The American bison is historically a migratory beast, and though his species now lives in a space less than 1 percent of its former range, he still benefits from pre-European settlement adaptations. Because they once relied so heavily on regular migration, and also because they were once hunted in large numbers by Native Americans, bison are equipped with adaptations that make traveling easier and safer.
Where Bison Roam
Though they occupy only a small fraction of their former territory, bison once lived as far north as Alaska and as far south as Mexico. They migrated in search of food, traveling seasonally so they could follow the growth of plant life, primarily grasses. Because they live in herds and consume so much food -- a single bison can weigh more than a ton and consume more than 30 pounds of grass daily -- they had to move depending on the availability of vegetation.
Making migration easier, bison are fast and strong travelers. They can run as fast as 40 miles per hour and are capable swimmers, too, allowing them to safely and quickly traverse a wide variety of habitats. Their large bodies and thick fur keep them protected from the elements when living in cold, snowy environments, and they can use the longer hair in front to sweep away snow as they dig through to the vegetation underneath. They are adapted to living in groups, as well, falling into a social hierarchy that simplifies migration -- the herd travels in a line, efficiently ensuring that no one is lost in the shuffle.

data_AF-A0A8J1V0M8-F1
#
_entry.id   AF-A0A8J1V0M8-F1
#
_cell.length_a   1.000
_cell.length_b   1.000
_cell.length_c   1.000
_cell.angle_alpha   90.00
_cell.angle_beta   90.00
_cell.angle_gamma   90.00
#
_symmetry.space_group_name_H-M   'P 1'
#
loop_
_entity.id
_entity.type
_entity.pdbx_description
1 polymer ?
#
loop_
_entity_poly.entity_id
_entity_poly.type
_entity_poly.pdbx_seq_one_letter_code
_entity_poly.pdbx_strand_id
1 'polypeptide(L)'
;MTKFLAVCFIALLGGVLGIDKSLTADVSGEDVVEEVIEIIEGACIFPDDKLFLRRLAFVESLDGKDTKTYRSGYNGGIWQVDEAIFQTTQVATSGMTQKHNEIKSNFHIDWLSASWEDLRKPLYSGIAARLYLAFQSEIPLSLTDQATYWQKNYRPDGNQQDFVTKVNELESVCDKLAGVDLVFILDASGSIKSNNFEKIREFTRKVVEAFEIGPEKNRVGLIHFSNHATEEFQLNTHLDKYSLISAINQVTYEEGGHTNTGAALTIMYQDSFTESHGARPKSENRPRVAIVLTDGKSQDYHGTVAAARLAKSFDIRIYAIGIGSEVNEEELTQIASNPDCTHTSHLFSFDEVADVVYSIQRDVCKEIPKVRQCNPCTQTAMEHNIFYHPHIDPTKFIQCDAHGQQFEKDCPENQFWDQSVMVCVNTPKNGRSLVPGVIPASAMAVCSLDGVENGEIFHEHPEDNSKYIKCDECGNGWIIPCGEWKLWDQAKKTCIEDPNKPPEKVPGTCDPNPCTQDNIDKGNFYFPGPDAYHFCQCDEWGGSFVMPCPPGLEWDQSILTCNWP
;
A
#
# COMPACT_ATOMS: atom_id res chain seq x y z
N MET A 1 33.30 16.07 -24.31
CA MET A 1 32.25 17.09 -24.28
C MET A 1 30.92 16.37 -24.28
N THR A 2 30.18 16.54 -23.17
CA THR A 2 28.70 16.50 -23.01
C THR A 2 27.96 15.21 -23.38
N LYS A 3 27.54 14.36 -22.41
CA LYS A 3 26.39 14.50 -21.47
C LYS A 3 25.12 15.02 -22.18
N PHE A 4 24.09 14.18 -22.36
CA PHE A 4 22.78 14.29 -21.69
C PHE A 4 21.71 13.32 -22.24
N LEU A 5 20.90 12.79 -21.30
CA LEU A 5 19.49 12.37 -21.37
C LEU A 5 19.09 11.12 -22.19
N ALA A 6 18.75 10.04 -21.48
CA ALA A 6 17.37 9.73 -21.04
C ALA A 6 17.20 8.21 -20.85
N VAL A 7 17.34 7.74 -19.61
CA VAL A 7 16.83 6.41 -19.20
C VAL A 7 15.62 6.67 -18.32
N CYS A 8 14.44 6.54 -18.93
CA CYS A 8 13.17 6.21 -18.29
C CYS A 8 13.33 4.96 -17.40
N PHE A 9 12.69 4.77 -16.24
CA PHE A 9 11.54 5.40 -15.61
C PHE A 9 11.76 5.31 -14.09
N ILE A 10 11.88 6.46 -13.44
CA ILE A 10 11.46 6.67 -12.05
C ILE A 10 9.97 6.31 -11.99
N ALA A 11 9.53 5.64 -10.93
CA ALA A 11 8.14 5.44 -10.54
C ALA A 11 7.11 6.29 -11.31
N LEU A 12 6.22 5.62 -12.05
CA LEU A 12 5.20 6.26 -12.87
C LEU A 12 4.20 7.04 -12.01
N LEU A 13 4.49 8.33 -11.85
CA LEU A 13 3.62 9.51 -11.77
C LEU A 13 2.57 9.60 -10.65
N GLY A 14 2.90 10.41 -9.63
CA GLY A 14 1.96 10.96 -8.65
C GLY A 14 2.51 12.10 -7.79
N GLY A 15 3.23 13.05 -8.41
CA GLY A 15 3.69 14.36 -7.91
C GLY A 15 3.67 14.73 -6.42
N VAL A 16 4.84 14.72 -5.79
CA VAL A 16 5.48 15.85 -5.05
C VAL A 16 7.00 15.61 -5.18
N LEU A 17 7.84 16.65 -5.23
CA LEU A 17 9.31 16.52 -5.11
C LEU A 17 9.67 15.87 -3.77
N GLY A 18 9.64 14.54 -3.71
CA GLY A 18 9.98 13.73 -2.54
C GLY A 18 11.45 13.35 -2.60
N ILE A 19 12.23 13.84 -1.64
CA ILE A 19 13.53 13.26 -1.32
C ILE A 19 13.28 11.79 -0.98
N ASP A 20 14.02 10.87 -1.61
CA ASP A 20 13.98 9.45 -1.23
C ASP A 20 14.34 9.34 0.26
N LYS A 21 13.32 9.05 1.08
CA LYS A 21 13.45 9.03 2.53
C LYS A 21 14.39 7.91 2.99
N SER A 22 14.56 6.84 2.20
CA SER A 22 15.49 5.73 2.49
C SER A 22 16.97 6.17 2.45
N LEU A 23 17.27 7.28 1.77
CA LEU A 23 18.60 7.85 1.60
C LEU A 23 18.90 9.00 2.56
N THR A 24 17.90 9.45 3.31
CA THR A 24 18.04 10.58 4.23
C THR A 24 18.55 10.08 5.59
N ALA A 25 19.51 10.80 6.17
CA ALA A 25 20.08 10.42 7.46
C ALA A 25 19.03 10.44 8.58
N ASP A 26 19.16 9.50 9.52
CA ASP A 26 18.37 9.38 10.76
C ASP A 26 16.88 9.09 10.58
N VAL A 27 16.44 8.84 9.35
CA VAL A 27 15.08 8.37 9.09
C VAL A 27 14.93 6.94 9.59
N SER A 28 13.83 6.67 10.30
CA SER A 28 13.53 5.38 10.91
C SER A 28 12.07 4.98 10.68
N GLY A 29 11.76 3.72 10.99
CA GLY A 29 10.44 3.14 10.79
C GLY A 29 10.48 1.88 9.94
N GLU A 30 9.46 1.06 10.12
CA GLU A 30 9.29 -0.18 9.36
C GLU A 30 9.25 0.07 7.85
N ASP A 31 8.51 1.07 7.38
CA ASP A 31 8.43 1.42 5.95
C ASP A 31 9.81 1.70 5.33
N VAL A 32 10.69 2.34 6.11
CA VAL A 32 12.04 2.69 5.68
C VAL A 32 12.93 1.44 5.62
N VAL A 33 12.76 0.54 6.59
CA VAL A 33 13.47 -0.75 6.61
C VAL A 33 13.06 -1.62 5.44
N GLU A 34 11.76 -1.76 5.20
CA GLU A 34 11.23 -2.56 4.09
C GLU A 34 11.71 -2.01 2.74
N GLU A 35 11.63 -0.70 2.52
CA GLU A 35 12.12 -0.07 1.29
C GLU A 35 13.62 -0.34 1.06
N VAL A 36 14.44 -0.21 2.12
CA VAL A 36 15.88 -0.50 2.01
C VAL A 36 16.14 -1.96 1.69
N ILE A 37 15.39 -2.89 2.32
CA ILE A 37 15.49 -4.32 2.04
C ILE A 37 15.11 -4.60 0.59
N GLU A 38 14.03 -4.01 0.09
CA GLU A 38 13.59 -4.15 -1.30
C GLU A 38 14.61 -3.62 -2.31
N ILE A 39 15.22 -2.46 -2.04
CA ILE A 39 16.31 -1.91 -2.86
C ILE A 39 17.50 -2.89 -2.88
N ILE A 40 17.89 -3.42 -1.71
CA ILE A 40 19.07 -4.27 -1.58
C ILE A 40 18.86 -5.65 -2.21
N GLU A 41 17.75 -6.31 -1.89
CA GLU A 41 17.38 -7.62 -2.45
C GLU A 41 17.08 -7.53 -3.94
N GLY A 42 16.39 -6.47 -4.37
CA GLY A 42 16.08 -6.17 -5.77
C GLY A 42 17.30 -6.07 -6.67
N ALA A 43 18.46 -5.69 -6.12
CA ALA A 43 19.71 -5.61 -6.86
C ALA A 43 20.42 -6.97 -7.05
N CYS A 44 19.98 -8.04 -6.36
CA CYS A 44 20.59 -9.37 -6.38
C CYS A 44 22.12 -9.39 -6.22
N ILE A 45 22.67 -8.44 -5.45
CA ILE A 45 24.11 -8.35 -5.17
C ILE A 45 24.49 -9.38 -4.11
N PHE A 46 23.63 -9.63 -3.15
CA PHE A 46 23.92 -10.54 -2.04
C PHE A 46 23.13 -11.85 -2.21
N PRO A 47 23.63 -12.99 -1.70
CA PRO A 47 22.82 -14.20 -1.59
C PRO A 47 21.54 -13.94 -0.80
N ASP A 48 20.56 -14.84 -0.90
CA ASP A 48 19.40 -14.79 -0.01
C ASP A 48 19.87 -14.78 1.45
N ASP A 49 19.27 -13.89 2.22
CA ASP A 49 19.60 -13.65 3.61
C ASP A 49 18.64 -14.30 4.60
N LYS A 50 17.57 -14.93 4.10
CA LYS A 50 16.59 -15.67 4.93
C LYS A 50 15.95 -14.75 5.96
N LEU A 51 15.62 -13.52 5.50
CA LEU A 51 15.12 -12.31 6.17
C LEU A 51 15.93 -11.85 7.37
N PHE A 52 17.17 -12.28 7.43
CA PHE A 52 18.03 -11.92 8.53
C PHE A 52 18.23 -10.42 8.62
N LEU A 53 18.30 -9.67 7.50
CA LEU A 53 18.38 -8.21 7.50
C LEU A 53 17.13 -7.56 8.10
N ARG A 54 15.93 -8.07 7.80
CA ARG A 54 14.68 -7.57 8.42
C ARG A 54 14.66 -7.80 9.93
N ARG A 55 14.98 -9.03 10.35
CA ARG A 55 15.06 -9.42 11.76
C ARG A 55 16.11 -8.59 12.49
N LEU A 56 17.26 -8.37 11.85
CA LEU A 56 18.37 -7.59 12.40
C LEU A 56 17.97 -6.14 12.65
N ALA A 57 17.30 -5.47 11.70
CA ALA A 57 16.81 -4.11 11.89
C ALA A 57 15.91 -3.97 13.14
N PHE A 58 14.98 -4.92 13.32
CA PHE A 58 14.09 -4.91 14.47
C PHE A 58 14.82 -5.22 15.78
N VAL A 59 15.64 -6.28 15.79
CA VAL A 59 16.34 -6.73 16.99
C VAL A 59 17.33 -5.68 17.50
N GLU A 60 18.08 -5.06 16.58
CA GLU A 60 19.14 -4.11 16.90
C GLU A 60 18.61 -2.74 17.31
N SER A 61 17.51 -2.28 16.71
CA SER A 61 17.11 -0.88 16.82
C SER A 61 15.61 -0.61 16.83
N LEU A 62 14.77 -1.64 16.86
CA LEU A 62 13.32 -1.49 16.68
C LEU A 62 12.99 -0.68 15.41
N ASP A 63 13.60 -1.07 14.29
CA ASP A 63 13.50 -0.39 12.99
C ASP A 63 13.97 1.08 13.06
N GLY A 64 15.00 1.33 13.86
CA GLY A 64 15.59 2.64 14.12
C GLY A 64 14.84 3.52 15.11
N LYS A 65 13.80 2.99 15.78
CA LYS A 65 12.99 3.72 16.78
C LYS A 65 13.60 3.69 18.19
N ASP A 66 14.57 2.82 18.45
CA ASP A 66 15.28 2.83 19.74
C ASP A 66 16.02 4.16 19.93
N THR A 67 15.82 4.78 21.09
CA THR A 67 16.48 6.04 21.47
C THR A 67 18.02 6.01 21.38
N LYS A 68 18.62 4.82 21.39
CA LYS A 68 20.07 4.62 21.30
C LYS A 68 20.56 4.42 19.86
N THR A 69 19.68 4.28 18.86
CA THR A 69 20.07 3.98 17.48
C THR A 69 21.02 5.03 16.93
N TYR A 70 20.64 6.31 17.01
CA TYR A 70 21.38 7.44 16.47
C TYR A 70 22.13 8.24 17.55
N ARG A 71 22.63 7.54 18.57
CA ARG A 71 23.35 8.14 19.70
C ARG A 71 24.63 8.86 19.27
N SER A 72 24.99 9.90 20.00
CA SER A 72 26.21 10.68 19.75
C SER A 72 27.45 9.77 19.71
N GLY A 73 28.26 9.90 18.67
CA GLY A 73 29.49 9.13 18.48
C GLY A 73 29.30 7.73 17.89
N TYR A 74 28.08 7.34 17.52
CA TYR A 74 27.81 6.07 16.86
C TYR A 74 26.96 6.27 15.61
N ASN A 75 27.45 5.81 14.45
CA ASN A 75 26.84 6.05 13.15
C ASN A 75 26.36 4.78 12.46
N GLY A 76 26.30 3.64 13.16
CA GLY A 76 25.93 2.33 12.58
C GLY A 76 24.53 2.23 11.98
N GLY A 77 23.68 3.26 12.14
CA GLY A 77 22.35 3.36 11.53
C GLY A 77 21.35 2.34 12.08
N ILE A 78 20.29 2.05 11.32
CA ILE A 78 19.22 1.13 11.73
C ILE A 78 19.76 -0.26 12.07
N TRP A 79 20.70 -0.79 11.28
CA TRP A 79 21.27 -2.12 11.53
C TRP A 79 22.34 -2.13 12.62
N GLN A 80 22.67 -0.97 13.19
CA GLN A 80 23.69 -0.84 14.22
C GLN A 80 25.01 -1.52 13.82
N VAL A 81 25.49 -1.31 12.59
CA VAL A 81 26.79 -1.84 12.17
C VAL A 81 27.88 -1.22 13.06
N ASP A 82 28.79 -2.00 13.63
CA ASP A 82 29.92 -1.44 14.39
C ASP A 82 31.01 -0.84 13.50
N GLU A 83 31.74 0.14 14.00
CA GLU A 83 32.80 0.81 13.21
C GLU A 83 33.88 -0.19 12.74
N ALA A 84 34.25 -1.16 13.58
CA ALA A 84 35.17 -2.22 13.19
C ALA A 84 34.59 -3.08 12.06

Threats to Bison
Despite their large size, American bison historically have faced a variety of threats. Prior to Europeans settling in North America, they were primarily hunted by Native Americans, but over the course of the 19th century, they were hunted nearly to extinction by settlers. As of 2013, the American bison is an endangered species, threatened mostly by predators like wolves and mountain lions.
Because bison generally live and feed in open plains, they are well-adapted to detecting approaching dangers. For example, bison have finely tuned senses of hearing and smell, which they use to detect potential threats -- this also makes up for their comparably poor sense of sight. Both male and female bison sport a pair of sharp, curved horns, which they use to fend off predators. Because of this beast's size, strength and formidable horns, they are typically only preyed upon when they are young, old or otherwise weakened by injury or illness.
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